Time to quit for good

I don't know how many times I've said that but here I am saying it again.

I am a serial quitter as some of you already know. Yes I can quit but I never seem to get past month 3 (if I actually manage to get there at all).

I've lost count of the number of quits I've thrown away but I still keep coming back for more and I know how desperate I am to quit for good.

I'm often to be found lurking in the background on here reading everyone else's posts so feel I know a lot of you quite well even though I don't post much myself. The reason for this I think is because I feel so inadequate where quitting is concerned. I would be a bit of a hypocrite if I started giving advice on something that for years I've been so hopeless at.

Tomorrow will be another Day 1 for me and it feels as if I've reached the Last Chance Saloon so this quit really has to be my last.

This time I'm going to stick to the forum like glue for as long as it takes. In my case this will probably be forever because I can't let this quit slip through the net.

Getting rid of everything to do with smoking at midnight.

Here we go again then.............

23 Replies

  • Well done Linda!

    When you get to 3 months this time, you'll have cracked this thing once and for all.

    Rooting for you, fingers crossed :)


  • Thanks for the support Steve, and Karri I hope we can be true Quit Buddies and do this together, once and for all.

    You're absolutely right Karri. The forum is the best place to come for support and its success rate speaks for itself.

    I know now that I can't be trusted to do this on my own.

    I know this sounds stupid but at this moment in time I'm actually looking forward to tomorrow.


  • ...I know this sounds stupid but at this moment in time I'm actually looking forward to tomorrow...

    Why should that sound stupid? After all, it's what you want, more than anything, surely? Never feel apprehensive about quitting. You know you've got to do it, but you must also want to do it - so, embrace it, never doubt yourself, never look back - make this the one that sticks;)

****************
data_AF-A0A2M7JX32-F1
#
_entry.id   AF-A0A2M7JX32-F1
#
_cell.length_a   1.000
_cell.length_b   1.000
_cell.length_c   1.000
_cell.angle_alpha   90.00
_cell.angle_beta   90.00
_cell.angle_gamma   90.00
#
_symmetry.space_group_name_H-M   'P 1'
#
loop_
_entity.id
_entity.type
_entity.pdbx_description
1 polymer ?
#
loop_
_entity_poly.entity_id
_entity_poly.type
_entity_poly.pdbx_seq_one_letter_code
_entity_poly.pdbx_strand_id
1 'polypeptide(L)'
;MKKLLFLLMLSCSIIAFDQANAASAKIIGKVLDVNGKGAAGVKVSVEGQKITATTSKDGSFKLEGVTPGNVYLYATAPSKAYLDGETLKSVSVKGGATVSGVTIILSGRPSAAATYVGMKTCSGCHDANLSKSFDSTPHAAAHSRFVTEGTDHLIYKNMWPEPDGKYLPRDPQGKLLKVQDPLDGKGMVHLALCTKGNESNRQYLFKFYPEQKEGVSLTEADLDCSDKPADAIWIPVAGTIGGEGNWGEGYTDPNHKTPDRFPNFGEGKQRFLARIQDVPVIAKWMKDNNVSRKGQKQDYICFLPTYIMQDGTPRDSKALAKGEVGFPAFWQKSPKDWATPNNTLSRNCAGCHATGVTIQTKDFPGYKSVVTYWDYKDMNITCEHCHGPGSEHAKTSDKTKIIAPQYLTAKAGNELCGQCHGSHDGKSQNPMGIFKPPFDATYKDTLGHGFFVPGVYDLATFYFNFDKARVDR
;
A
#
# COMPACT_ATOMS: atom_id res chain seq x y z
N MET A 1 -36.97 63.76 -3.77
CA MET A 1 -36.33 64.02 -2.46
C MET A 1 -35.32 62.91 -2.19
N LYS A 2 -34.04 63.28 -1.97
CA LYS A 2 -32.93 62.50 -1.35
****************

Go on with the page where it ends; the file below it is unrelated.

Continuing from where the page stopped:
• Hi Linda

    Fantastic you are trying again.

    First of all don't look at past failures as the basis for This Quit - i.e. you will not manage to get past the 3-month post. It is almost like the way one thinks if one is stuck in a non-smoking area ..... "I'll light up when I get out of here". So the mindset if conditioned that failure is inevitable. Take that deep breath, let it sink in that you are NOT going to smoke again because you DO NOT want to; there is no get-out clause that can be used in 3 months, because, this time, YOU WANT TO STOP SMOKING for good. If you come to this forum regularly, you have appreciated that it is hard for all of us, but the mindset, the will fell into place for those that persevered. No doubt we all have failed in the past, but as if by magic, there comes that one time that we fight the demons and prevail.

    So change your goal, for starters, that is not failing 3 months down the line, but that you are going for gold, quitting forever.

    Best of luck. Be strong :)

  • Hi Linda

    Make this the quit that sticks :cool: Don't just stick to the forum but post away, it will work as a distraction and someone will always be on hand if you hit a sticky patch. Good Luck ;)

  • Morning Linda,

    Hope your new (and final :)) Day One has started well. Keep posting & sharing your experiences as well as reading and please don't ever feel you have nothing to contribute. Collectively we can do this thing and this time, we'll get you through your 3 month barrier even if we have to drag you kicking & screaming. ;)

    All the best from me and well done for giving it another bash.

  • What a brilliant decision Linda. You do have determination and perseverance because even though you say you're a 'serial quitter', you're back again making a healthy decision for yourself - you haven't given up on quitting!

    We're here to see you through :) Very good luck :)

  • Good Luck Linda :)

  • Hello Linda, good luck with your new (and last) quit. Being a serial quitter means you really want to stop, which is a good thing :)

  • Thank you all so much for your welcome and support. I hope you won't mind if I don't mention you all by name but I really appreciate all your replies.

    I'm now well and truly into this quit now, yes it's only day 1 but this will be the one that counts I hope.

    The day has flown by without any problems but this might be because I haven't had much time to think about what I'm doing. My son's been overseas for the past 6 months and we were up with the larks to pick him up at the airport this morning. Needless to say since he's been home I've been too busy catching up with his news and of course his washing! I've also spent more time in the kitchen than usual but at least it's kept me occupied.